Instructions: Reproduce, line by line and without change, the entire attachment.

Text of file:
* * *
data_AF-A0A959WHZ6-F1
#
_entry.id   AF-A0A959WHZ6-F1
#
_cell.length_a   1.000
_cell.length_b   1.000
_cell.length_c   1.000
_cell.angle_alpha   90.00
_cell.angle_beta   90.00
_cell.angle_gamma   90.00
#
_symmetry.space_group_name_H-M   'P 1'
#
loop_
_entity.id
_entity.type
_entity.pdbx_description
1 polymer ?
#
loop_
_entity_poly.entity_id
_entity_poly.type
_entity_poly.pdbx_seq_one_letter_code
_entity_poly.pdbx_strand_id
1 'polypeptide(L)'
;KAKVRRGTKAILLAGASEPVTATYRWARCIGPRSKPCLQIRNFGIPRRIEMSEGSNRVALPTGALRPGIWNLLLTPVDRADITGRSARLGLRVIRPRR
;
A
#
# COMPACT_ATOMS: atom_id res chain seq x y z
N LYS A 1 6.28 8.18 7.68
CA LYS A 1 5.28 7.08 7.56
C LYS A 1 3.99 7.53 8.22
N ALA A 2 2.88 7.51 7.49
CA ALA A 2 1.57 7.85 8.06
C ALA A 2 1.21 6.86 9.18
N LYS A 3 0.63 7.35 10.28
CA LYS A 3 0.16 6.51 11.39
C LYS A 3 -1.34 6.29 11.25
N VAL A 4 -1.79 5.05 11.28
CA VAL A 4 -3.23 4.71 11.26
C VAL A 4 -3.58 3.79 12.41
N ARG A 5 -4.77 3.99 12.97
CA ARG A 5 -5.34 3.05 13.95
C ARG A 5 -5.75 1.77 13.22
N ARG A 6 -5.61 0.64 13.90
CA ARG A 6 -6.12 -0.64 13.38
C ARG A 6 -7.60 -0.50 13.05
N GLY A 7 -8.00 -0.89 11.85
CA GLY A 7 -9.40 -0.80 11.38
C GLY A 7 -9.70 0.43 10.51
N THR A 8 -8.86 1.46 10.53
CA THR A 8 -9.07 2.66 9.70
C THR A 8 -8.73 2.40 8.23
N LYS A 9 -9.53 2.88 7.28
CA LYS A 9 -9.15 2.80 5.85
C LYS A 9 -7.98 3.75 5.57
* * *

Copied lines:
data_AF-A0A959WHZ6-F1
#
_entry.id   AF-A0A959WHZ6-F1
#
_cell.length_a   1.000
_cell.length_b   1.000
_cell.length_c   1.000
_cell.angle_alpha   90.00
_cell.angle_beta   90.00
_cell.angle_gamma   90.00
#
_symmetry.space_group_name_H-M   'P 1'
#
loop_
_entity.id
_entity.type
_entity.pdbx_description
1 polymer ?
#
loop_
_entity_poly.entity_id
_entity_poly.type
_entity_poly.pdbx_seq_one_letter_code
_entity_poly.pdbx_strand_id
1 'polypeptide(L)'
;KAKVRRGTKAILLAGASEPVTATYRWARCIGPRSKPCLQIRNFGIPRRIEMSEGSNRVALPTGALRPGIWNLLLTPVDRADITGRSARLGLRVIRPRR
;
A
#
# COMPACT_ATOMS: atom_id res chain seq x y z
N LYS A 1 6.28 8.18 7.68
CA LYS A 1 5.28 7.08 7.56
C LYS A 1 3.99 7.53 8.22
N ALA A 2 2.88 7.51 7.49
CA ALA A 2 1.57 7.85 8.06
C ALA A 2 1.21 6.86 9.18
N LYS A 3 0.63 7.35 10.28
CA LYS A 3 0.16 6.51 11.39
C LYS A 3 -1.34 6.29 11.25
N VAL A 4 -1.79 5.05 11.28
CA VAL A 4 -3.23 4.71 11.26
C VAL A 4 -3.58 3.79 12.41
N ARG A 5 -4.77 3.99 12.97
CA ARG A 5 -5.34 3.05 13.95
C ARG A 5 -5.75 1.77 13.22
N ARG A 6 -5.61 0.64 13.90
CA ARG A 6 -6.12 -0.64 13.38
C ARG A 6 -7.60 -0.50 13.05
N GLY A 7 -8.00 -0.89 11.85
CA GLY A 7 -9.40 -0.80 11.38
C GLY A 7 -9.70 0.43 10.51
N THR A 8 -8.86 1.46 10.53
CA THR A 8 -9.07 2.66 9.70
C THR A 8 -8.73 2.40 8.23
N LYS A 9 -9.53 2.88 7.28
CA LYS A 9 -9.15 2.80 5.85
C LYS A 9 -7.98 3.75 5.57